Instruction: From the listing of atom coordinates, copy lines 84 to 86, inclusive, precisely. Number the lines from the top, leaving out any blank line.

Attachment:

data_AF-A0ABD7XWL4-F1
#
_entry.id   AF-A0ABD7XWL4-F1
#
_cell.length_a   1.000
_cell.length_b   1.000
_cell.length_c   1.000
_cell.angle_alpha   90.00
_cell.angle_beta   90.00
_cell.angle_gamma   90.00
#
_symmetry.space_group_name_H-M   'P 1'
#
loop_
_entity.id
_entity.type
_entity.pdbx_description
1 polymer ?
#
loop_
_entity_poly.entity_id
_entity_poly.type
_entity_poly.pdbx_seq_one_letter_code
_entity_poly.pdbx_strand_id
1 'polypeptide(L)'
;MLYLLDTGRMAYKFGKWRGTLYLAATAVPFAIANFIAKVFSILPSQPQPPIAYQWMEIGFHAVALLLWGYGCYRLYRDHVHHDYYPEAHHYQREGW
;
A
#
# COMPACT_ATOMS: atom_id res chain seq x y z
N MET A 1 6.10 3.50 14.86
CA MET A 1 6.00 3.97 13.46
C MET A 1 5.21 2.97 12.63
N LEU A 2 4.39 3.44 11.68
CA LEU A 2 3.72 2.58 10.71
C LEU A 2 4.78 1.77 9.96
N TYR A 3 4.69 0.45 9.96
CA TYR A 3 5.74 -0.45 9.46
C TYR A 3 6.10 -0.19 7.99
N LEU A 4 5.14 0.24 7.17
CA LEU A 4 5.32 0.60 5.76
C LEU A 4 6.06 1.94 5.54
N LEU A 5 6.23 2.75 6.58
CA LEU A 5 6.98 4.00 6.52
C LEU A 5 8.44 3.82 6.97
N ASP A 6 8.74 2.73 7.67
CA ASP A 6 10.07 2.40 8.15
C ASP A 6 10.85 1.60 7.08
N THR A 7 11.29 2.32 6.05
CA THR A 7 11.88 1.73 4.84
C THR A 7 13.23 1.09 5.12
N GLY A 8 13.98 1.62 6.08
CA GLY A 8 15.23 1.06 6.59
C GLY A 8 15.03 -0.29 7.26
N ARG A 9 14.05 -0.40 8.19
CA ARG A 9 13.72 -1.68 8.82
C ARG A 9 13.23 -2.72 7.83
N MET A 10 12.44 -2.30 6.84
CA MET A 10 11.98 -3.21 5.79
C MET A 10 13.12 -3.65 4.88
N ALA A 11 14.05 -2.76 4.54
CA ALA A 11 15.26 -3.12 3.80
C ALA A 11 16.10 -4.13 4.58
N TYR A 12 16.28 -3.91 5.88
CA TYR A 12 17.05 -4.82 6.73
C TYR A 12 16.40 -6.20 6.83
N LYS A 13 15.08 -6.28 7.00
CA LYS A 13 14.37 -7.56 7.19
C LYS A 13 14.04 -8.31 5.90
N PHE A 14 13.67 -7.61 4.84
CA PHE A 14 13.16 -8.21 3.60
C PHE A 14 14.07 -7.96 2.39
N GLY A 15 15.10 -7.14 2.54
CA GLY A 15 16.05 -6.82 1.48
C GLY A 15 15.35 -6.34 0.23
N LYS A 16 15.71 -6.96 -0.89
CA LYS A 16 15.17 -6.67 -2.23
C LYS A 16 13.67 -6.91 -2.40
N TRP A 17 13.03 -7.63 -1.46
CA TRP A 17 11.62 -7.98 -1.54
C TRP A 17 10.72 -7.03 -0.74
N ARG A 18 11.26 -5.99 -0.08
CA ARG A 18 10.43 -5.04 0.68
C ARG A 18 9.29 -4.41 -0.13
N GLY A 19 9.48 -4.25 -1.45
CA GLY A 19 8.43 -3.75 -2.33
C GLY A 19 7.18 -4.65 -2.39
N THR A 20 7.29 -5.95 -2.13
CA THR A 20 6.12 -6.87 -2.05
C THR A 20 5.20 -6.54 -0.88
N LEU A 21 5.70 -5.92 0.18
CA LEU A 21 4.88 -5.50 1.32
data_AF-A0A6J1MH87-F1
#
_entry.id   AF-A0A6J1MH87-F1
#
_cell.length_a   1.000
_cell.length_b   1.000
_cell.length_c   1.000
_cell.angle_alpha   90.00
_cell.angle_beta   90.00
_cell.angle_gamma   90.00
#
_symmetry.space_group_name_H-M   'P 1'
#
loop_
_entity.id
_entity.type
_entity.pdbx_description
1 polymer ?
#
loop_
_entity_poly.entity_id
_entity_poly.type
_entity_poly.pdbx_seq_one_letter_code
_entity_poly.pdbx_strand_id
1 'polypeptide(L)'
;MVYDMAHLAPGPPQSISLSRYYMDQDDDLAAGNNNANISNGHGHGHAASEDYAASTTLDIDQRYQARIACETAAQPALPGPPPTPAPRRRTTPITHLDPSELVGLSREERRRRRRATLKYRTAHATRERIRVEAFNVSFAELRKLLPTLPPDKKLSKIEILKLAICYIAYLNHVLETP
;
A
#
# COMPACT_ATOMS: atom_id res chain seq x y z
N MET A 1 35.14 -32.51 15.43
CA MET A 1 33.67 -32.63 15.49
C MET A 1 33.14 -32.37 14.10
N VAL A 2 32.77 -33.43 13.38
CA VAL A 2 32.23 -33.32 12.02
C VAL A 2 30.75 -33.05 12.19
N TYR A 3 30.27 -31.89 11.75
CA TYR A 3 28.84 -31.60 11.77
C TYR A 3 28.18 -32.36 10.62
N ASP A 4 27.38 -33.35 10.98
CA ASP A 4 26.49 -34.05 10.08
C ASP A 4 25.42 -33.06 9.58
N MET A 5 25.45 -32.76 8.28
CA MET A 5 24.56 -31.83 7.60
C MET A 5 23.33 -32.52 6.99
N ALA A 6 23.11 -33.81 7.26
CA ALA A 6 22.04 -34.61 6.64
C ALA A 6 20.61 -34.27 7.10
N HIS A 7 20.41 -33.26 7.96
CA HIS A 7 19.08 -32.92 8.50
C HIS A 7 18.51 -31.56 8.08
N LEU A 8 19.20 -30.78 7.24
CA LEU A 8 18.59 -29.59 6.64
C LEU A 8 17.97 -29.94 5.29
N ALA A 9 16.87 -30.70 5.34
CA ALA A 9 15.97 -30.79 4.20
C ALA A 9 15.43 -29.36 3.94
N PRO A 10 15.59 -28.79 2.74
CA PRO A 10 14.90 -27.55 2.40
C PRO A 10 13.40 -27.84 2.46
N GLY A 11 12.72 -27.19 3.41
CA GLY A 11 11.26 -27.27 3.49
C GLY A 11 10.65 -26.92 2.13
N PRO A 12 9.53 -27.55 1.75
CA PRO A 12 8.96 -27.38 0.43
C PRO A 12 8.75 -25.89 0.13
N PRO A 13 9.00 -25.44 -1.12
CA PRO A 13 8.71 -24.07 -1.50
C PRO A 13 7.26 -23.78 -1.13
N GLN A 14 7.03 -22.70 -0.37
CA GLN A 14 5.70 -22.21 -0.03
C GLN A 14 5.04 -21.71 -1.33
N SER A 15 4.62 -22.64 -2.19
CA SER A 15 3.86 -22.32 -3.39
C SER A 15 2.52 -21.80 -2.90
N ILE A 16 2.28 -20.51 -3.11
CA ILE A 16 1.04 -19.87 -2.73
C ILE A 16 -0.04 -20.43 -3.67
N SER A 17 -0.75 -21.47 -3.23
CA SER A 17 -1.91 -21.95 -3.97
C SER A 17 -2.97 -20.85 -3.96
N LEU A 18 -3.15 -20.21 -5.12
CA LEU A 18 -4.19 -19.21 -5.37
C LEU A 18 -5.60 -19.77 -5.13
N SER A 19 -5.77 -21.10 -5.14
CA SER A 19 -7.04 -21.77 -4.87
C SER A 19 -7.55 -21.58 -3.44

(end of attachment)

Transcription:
C ARG A 18 9.29 -4.41 -0.13
N GLY A 19 9.48 -4.25 -1.45
CA GLY A 19 8.43 -3.75 -2.33